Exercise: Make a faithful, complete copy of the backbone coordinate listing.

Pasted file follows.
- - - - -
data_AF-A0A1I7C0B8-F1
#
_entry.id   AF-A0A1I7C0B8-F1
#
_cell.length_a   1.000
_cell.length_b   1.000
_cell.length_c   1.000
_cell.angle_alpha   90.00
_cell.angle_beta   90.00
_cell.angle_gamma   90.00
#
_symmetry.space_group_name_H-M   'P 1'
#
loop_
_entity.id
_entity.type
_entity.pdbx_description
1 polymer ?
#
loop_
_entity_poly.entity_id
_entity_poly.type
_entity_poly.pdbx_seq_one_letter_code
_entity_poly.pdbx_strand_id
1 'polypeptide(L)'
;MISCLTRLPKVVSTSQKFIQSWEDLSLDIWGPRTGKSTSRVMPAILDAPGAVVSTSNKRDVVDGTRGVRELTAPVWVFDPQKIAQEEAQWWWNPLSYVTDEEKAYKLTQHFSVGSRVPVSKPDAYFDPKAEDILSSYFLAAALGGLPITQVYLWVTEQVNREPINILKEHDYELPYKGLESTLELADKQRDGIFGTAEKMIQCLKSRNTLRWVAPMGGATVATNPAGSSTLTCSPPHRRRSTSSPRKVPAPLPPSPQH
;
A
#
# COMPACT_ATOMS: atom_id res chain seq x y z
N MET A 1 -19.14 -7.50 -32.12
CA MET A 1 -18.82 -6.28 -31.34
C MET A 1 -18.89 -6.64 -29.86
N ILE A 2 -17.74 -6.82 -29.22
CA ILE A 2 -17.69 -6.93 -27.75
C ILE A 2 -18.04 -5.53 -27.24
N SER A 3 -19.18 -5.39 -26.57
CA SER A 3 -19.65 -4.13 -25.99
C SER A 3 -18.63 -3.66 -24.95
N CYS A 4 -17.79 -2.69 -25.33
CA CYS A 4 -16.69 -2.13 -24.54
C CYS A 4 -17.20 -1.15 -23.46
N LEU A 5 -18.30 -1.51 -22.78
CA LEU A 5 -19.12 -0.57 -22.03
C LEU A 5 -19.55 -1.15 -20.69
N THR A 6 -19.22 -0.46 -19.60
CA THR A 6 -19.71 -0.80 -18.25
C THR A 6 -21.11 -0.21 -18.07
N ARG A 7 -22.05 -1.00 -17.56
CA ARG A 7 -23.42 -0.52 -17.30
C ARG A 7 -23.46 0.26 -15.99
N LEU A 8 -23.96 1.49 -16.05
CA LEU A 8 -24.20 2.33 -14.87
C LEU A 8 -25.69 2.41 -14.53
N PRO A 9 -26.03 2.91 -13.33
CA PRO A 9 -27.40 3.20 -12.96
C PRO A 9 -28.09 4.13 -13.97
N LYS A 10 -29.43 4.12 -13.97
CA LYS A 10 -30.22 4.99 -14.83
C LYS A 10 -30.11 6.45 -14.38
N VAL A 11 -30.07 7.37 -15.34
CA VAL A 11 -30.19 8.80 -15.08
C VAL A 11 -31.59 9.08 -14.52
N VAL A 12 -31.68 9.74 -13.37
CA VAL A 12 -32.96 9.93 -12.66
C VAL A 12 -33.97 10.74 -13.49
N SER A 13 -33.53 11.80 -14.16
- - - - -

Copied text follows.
data_AF-A0A1I7C0B8-F1
#
_entry.id   AF-A0A1I7C0B8-F1
#
_cell.length_a   1.000
_cell.length_b   1.000
_cell.length_c   1.000
_cell.angle_alpha   90.00
_cell.angle_beta   90.00
_cell.angle_gamma   90.00
#
_symmetry.space_group_name_H-M   'P 1'
#
loop_
_entity.id
_entity.type
_entity.pdbx_description
1 polymer ?
#
loop_
_entity_poly.entity_id
_entity_poly.type
_entity_poly.pdbx_seq_one_letter_code
_entity_poly.pdbx_strand_id
1 'polypeptide(L)'
;MISCLTRLPKVVSTSQKFIQSWEDLSLDIWGPRTGKSTSRVMPAILDAPGAVVSTSNKRDVVDGTRGVRELTAPVWVFDPQKIAQEEAQWWWNPLSYVTDEEKAYKLTQHFSVGSRVPVSKPDAYFDPKAEDILSSYFLAAALGGLPITQVYLWVTEQVNREPINILKEHDYELPYKGLESTLELADKQRDGIFGTAEKMIQCLKSRNTLRWVAPMGGATVATNPAGSSTLTCSPPHRRRSTSSPRKVPAPLPPSPQH
;
A
#
# COMPACT_ATOMS: atom_id res chain seq x y z
N MET A 1 -19.14 -7.50 -32.12
CA MET A 1 -18.82 -6.28 -31.34
C MET A 1 -18.89 -6.64 -29.86
N ILE A 2 -17.74 -6.82 -29.22
CA ILE A 2 -17.69 -6.93 -27.75
C ILE A 2 -18.04 -5.53 -27.24
N SER A 3 -19.18 -5.39 -26.57
CA SER A 3 -19.65 -4.13 -25.99
C SER A 3 -18.63 -3.66 -24.95
N CYS A 4 -17.79 -2.69 -25.33
CA CYS A 4 -16.69 -2.13 -24.54
C CYS A 4 -17.20 -1.15 -23.46
N LEU A 5 -18.30 -1.51 -22.78
CA LEU A 5 -19.12 -0.57 -22.03
C LEU A 5 -19.55 -1.15 -20.69
N THR A 6 -19.22 -0.46 -19.60
CA THR A 6 -19.71 -0.80 -18.25
C THR A 6 -21.11 -0.21 -18.07
N ARG A 7 -22.05 -1.00 -17.56
CA ARG A 7 -23.42 -0.52 -17.30
C ARG A 7 -23.46 0.26 -15.99
N LEU A 8 -23.96 1.49 -16.05
CA LEU A 8 -24.20 2.33 -14.87
C LEU A 8 -25.69 2.41 -14.53
N PRO A 9 -26.03 2.91 -13.33
CA PRO A 9 -27.40 3.20 -12.96
C PRO A 9 -28.09 4.13 -13.97
N LYS A 10 -29.43 4.12 -13.97
CA LYS A 10 -30.22 4.99 -14.83
C LYS A 10 -30.11 6.45 -14.38
N VAL A 11 -30.07 7.37 -15.34
CA VAL A 11 -30.19 8.80 -15.08
C VAL A 11 -31.59 9.08 -14.52
N VAL A 12 -31.68 9.74 -13.37
CA VAL A 12 -32.96 9.93 -12.66
C VAL A 12 -33.97 10.74 -13.49
N SER A 13 -33.53 11.80 -14.16